Place a breadstone, if you have one, on the middle to second from the top rack and preheat the oven to 400F. If you want, slash the top of the rounds with a very sharp knife. Liberally spray the tops with water. Put bread in oven and immediately turn the oven down to 350F – I left it at 400° for 5 minutes then turned it down to 350°. Bake the bread on the middle to second from the top rack for 35-40 (I bake it for  45-50  30-35) minutes until the bread reaches an internal temperature of 205-210F or until it is hollow sounding on the bottom.  My bread took 35 minutes total to reach 205° .  I took the bread out of the pans and set them on their sides for the last 5 minutes in the oven.   It’s a good idea to turn the bread  after about 20 minutes of  half way through baking to allow for uneven heat in the oven (remove parchment paper at the same time).
Remove to cool on racks. Please wait until the bread is cool before cutting it. It’s still baking inside! If you like to eat warm bread, reheat the bread after it has cooled.

This is a really lovely bread.  With the ginger, raisins, baking aromas and gorgeous flavors, I’d easily call this a holiday bread.

Elizabeth has some terrific suggestions for serving this bread but finding this a very simple, even rustic loaf I went with simple and rustic: Tuscan Bean Soup.

Simple Rustic Bread & Soup

Simple and Rustic foods … I very much like the contrast here between the today square style clear bowl, bamboo wooden spoon and the very old my Grandmother’s Jewel Tea plate.  The plate rim ring is long gone from years of washing … by hand as there was never a mechanical dishwasher in that house.  These are the plates my Grandmother collected every time she went to the grocery story and these are the plates all the family ate off of for so many years.  Sitting for hours around the table with lively talk of old times and heated political debates.  One such meal and debate ended with my father making a point by tapping my Aunt Dort’s chest which sent her over backwards (she always was tipping her chair on the back legs) and hitting her head on the molding around the floor.  Dr. Brown (John Brown) was called out to stitch her head requiring 15 stitches.  Doctors still made house calls in those days.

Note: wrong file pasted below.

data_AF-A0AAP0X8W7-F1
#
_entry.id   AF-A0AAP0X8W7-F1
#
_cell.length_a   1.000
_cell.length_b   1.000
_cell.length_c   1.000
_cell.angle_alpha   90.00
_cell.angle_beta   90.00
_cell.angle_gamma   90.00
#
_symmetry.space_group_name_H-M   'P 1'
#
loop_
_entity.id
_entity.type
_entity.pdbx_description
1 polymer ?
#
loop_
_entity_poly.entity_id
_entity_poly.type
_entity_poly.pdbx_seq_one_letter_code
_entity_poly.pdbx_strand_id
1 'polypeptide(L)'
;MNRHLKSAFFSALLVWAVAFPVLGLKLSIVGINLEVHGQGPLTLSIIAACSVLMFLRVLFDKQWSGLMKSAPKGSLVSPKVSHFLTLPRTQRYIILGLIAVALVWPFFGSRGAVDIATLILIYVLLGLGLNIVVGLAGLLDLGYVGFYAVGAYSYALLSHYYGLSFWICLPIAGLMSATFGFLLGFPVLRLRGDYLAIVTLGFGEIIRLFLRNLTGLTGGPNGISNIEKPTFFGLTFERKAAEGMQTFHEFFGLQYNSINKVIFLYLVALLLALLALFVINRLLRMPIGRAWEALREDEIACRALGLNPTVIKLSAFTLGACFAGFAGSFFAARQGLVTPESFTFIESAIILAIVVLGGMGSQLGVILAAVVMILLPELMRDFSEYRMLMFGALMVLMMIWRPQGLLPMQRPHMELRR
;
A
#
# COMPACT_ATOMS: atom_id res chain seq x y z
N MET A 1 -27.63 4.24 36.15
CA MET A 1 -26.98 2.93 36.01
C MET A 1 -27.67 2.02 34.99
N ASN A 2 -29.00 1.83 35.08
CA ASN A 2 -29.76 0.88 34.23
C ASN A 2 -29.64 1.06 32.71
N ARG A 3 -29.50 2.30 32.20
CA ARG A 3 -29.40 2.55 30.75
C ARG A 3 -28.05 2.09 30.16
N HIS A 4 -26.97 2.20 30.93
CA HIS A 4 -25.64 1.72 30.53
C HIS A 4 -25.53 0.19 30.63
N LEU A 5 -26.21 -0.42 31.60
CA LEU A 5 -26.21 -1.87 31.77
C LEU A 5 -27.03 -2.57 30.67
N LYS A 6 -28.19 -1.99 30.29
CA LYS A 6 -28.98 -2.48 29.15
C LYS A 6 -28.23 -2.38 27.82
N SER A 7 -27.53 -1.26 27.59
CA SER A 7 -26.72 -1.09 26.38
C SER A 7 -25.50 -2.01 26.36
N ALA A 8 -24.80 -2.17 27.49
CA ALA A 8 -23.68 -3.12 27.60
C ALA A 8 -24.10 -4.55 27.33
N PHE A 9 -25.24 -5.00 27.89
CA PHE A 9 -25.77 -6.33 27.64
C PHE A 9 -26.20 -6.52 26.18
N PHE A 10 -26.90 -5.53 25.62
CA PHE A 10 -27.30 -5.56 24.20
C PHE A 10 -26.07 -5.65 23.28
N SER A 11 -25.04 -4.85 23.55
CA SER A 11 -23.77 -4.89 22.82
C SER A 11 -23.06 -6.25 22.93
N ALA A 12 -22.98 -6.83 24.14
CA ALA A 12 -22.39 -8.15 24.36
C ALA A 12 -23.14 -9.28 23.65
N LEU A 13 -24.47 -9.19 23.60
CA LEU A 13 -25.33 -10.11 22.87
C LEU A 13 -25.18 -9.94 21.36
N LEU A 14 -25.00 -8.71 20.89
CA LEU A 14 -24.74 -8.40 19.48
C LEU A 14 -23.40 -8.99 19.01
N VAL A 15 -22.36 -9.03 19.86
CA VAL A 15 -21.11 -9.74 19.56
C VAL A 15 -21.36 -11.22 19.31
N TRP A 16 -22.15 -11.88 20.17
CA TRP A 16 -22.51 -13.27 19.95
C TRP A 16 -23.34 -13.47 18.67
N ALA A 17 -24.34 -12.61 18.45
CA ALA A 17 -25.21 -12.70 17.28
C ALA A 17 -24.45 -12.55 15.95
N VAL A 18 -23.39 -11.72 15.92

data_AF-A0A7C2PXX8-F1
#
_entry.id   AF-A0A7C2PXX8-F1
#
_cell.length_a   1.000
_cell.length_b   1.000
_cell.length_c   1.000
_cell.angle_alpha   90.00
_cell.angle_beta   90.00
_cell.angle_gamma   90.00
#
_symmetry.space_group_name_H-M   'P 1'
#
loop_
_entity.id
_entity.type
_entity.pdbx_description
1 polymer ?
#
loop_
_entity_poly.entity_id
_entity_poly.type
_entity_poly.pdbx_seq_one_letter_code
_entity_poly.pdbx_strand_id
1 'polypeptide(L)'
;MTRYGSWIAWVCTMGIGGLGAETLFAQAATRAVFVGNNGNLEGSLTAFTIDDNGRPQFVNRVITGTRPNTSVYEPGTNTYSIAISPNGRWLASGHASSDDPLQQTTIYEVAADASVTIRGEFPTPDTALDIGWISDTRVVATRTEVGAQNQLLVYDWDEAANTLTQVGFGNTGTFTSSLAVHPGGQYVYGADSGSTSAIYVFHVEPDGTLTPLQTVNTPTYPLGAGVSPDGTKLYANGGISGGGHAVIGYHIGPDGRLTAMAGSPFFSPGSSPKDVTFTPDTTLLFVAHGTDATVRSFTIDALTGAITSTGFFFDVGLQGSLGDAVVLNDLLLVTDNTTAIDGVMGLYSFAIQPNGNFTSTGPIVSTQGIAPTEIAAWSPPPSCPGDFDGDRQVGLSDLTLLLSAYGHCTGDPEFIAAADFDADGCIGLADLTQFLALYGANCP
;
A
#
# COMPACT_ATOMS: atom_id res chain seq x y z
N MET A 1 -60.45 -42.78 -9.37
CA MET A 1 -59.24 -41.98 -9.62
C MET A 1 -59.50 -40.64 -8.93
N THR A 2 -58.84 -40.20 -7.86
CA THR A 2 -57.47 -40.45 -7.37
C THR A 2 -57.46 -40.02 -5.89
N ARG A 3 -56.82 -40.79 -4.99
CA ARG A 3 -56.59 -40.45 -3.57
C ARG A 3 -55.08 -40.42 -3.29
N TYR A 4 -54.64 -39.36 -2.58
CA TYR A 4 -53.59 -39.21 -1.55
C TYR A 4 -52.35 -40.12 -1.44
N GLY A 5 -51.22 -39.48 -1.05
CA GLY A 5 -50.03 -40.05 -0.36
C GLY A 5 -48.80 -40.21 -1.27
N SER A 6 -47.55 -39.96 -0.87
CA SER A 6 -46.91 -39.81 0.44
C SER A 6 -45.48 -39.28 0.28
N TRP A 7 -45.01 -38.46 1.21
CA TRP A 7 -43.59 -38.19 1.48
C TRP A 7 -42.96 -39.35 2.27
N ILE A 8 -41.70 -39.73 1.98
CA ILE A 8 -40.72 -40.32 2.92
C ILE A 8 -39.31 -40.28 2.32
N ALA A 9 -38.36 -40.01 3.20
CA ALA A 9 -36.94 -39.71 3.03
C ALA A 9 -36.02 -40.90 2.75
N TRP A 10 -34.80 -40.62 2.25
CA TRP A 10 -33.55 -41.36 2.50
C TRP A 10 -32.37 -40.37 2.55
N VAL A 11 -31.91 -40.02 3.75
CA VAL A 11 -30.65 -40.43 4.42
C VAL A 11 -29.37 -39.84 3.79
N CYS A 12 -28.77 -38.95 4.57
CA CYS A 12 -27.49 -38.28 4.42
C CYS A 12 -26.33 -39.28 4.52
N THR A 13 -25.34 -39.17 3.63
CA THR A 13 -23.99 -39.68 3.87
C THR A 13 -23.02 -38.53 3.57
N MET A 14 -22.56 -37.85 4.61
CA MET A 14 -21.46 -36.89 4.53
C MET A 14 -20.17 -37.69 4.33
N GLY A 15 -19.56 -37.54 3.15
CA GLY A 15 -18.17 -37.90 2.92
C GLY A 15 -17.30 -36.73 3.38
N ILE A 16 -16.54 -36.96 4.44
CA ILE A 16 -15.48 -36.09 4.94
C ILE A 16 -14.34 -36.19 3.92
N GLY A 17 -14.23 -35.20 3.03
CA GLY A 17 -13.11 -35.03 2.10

To receive a Baking Buddy Badge to display on your site: bake Molasses Fennel Rye Bread in the next couple of weeks and post about it (we love to see how your bread turned out AND hear what you think about it – what you didn’t like and/or what you liked) before the 29 September 2012. If you do not have a blog, no problem; you can also post your picture(s) to Flickr (or any other photo sharing site) and record your thoughts about the bread there. Please remember to contact the Kitchen of the Month (Elizabeth who blogs at From Our Kitchen) to say that your post is up.

Either email Elizabeth or leave a comment on her post that you have baked the bread and a link back to your post.

YeastSpotting
Yeastspotting - every Friday (wordle.net image)

Each week, Susan (Wild Yeast) compiles a list of many bread-specific recipes from across the web. For complete details on how to be included in the YeastSpotting round up, please read the following:

Bake Your Own Bread (BYOB)
BYOB is a monthly event hosted by Heather (girlichef)

that encourages you to start (or continue) getting comfortable baking bread in your own kitchen. Anything from simple quick breads to conquering that fear of yeast to making and nurturing your own sourdough starter. All levels of bakers are welcome to participate.

BYOB BadgeFor more information about BYOB, please read the following:

Spread it with cream cheese!  Lovely.  Today we’re finishing the second loaf with salmon, cream cheese & capers!  I know it’s going to be great.  Bake it!